Dar Sana: The school of arts and crafts

Outside the medina, we visit Dar Sana, the area’s renowned school of arts and crafts, which teaches and preserves the traditional Moorish arts of wood carving, painting, copper work, embroidery, etc.

Tetouan Dar Sana

Dar Sana: What a beautiful place to learn the traditional artisan skills!

Pots of paint wait for their magic to be revealed

A pattern for wood carving

Tetouan Medina Dar Sana

Master artisans at Dar Sana teach age-old techniques for woodwork, carving, tile-making, ceramics, painting and copper work

Exploring this Morocco medina (with a side-visit to Dar Sana) is definitely one of the best things to do in Tetouan – and perhaps our favorite experience in Morocco.

Admittedly, our Morocco visit is short (two days) – but we’re grateful we get a “taste” of Morocco on our Seabourn cruise!

Tetouan hotels

Blanco Riad:

If your Tetouan visit is longer than ours, and you’re researching Tetouan hotels, check out the Blanco Riad. It’s a small, 18th century riad (house with a garden courtyard in the middle) with eight clean and attractive rooms – we know because we peeked into some of them! (We suspect Blanco Riad is the best hotel in Tetouan; it’s rated the best Tetouan accommodation on TripAdvisor.)

This is where our shore excursion group ate a delightful lunch, starting with an array of healthy salads, then lamb tagine with apricots and couscous, followed by traditional sweet pastries and Moroccan mint tea. And the proprietor was very friendly and welcoming.

Rates and booking information:

You can check rates and book Blanco Riad on Booking.com.

More fascinating UNESCO World Heritage Sites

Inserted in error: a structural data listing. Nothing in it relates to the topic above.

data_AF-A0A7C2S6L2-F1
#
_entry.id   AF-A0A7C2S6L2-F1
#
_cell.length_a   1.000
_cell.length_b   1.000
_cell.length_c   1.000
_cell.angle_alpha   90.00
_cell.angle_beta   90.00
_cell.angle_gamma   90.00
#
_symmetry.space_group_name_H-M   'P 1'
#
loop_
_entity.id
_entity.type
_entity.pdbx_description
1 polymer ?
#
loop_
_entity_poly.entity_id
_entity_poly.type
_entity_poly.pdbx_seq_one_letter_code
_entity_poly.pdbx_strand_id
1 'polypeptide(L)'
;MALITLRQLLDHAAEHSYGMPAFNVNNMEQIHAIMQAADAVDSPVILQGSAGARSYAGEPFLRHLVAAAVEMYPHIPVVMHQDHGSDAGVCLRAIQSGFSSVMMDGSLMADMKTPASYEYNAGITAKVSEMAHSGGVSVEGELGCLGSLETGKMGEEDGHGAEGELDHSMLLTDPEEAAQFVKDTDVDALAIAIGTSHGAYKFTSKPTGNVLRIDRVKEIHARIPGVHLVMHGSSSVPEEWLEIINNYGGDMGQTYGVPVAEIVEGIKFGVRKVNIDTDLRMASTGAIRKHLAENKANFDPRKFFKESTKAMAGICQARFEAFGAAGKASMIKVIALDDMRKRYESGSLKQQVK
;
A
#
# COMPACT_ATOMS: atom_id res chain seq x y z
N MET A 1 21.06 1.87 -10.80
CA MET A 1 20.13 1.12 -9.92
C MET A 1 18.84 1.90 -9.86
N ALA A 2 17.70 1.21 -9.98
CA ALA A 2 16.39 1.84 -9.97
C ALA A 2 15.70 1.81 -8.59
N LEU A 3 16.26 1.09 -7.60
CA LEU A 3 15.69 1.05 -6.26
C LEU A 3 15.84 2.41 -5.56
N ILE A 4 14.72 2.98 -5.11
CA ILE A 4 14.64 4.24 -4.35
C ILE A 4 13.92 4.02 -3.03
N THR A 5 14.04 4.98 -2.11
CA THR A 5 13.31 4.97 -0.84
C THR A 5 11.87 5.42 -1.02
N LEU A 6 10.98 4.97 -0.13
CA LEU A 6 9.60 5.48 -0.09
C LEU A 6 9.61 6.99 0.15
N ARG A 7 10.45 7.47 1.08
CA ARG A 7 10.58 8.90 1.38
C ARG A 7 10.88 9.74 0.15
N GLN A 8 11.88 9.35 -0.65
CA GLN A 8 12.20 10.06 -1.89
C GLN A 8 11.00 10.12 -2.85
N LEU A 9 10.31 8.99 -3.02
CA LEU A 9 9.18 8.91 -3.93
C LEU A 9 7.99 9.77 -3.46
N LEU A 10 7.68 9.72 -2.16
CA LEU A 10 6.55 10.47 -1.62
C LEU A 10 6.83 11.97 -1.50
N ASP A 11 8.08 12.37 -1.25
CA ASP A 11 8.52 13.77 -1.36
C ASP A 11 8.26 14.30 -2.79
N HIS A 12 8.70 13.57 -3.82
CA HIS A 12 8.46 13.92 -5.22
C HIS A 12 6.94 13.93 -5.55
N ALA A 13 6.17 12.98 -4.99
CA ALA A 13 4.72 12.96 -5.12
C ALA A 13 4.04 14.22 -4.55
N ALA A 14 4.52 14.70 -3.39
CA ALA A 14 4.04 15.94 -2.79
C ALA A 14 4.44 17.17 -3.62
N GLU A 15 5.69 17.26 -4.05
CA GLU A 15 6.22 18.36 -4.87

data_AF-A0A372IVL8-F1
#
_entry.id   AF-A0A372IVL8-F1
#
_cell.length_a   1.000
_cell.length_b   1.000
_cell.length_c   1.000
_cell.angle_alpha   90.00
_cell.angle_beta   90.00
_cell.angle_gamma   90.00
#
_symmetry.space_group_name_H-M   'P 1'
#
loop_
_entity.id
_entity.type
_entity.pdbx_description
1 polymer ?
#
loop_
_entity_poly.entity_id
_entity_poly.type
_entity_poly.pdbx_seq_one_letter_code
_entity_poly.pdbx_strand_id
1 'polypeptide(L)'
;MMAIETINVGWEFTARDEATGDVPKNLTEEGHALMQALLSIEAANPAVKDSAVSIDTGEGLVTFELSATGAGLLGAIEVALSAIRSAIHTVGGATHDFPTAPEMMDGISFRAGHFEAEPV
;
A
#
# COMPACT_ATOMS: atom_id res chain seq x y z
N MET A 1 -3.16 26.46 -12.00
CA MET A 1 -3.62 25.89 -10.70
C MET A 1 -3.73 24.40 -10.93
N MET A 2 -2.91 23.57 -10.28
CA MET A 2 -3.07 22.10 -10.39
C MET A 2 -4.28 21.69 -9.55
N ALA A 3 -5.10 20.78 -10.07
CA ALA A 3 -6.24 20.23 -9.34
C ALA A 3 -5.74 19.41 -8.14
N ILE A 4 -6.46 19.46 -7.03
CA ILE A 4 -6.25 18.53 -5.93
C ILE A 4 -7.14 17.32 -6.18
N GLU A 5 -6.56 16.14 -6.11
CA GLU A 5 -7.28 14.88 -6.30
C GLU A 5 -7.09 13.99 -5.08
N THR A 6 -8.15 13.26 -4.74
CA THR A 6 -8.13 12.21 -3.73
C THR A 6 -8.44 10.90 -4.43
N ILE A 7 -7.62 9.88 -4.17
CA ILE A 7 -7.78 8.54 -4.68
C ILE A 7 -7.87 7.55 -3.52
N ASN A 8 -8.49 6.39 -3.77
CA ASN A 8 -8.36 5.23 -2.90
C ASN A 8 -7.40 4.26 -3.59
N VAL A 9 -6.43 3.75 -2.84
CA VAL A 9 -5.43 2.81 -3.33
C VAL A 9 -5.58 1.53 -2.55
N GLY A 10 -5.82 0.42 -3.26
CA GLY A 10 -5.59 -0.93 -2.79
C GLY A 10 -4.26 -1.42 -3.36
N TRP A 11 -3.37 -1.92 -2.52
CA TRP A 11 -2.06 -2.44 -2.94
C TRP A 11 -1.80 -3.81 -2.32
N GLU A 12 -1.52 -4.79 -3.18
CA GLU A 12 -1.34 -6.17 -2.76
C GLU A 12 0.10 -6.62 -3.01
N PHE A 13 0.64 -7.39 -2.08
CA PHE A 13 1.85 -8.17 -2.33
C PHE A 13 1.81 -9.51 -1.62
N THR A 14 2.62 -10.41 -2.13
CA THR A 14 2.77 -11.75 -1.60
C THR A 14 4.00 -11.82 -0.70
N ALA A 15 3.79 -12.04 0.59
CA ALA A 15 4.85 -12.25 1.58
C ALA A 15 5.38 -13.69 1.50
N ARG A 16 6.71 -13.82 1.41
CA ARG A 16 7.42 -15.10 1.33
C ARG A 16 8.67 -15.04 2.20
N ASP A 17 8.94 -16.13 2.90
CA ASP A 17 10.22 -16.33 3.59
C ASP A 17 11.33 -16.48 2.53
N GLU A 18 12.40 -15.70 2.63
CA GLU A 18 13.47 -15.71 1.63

Curious about some other “old city” UNESCO World Heritage Sites we’ve written about around the world? Dive into these stories…

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All photos are © Janice and George Mucalov, SandInMySuitcase.

This post contains an affiliate link; if you book on Booking.com (our affiliate), we earn a small commission at no additional cost to you.

Are you planning a Morocco trip? Will you visit Tetouan?


  1. I really like this post Janice / George!

    I’ve been to Egypt many times, and Tunisia. I haven’t yet been to Morocco, but certainly want to! I like the pots of paints! They actually remind me of these pots of sauces that you see in the night market in Taiwan. Even then, I thought it was paint.

    It wasn’t! :D

    1. Author

      LOL! You wouldn’t want to be eating paint :-). Egypt is a seriously fascinating country — Luxor especially, with all those fabulous temples and underground tombs…

  2. Awesome photos. Thanks for these impressions of a colorful place in Morocco. I like the alley where the houses are painted in violet. Is the color an indicator for not to get lost, or just decoration?

    1. Author

      Interesting point about the color… While white is the predominant color, some of the walls are partly painted in green, violet (as you noticed), pink, yellow and blue — probably just for decoration? But the Jewish quarter is more colorfully painted than the rest of the medina. (While there was a very strong Jewish influence in the past, there are apparently only a dozen or so Jews still living there now.)

    2. Morocco is definitely very high on the must see places to visit, and I am now even more inspired to go there after reading this post! Wow, very colorful photos, and I must ask Janice: did you happen to get one of those amazing sombrero hats on your 2 day visit? I sure would love one of those:)

      1. Author

        Huh! No, how on earth would I (Janice) stuff a big sombrero in my suitcase? I try not to lug too many souvenirs home these days :-). Glad you like the post and photos…